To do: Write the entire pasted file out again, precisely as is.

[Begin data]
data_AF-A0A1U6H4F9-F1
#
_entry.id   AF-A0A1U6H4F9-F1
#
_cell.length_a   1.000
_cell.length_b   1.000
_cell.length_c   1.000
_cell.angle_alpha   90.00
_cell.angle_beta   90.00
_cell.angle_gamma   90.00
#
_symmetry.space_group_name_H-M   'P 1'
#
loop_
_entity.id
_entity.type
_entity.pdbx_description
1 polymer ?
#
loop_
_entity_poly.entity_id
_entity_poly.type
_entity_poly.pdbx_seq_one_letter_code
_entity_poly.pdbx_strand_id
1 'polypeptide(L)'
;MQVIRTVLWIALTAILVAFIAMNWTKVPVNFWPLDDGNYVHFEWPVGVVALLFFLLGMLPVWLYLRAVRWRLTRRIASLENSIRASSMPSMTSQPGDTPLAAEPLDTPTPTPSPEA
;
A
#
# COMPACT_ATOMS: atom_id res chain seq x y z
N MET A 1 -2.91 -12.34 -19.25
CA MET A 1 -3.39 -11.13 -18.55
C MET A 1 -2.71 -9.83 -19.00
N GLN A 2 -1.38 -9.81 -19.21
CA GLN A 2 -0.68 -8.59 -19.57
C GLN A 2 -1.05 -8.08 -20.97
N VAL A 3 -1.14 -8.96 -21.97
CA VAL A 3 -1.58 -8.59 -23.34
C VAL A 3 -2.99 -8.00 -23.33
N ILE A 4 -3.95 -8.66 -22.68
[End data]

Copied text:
data_AF-A0A1U6H4F9-F1
#
_entry.id   AF-A0A1U6H4F9-F1
#
_cell.length_a   1.000
_cell.length_b   1.000
_cell.length_c   1.000
_cell.angle_alpha   90.00
_cell.angle_beta   90.00
_cell.angle_gamma   90.00
#
_symmetry.space_group_name_H-M   'P 1'
#
loop_
_entity.id
_entity.type
_entity.pdbx_description
1 polymer ?
#
loop_
_entity_poly.entity_id
_entity_poly.type
_entity_poly.pdbx_seq_one_letter_code
_entity_poly.pdbx_strand_id
1 'polypeptide(L)'
;MQVIRTVLWIALTAILVAFIAMNWTKVPVNFWPLDDGNYVHFEWPVGVVALLFFLLGMLPVWLYLRAVRWRLTRRIASLENSIRASSMPSMTSQPGDTPLAAEPLDTPTPTPSPEA
;
A
#
# COMPACT_ATOMS: atom_id res chain seq x y z
N MET A 1 -2.91 -12.34 -19.25
CA MET A 1 -3.39 -11.13 -18.55
C MET A 1 -2.71 -9.83 -19.00
N GLN A 2 -1.38 -9.81 -19.21
CA GLN A 2 -0.68 -8.59 -19.57
C GLN A 2 -1.05 -8.08 -20.97
N VAL A 3 -1.14 -8.96 -21.97
CA VAL A 3 -1.58 -8.59 -23.34
C VAL A 3 -2.99 -8.00 -23.33
N ILE A 4 -3.95 -8.66 -22.68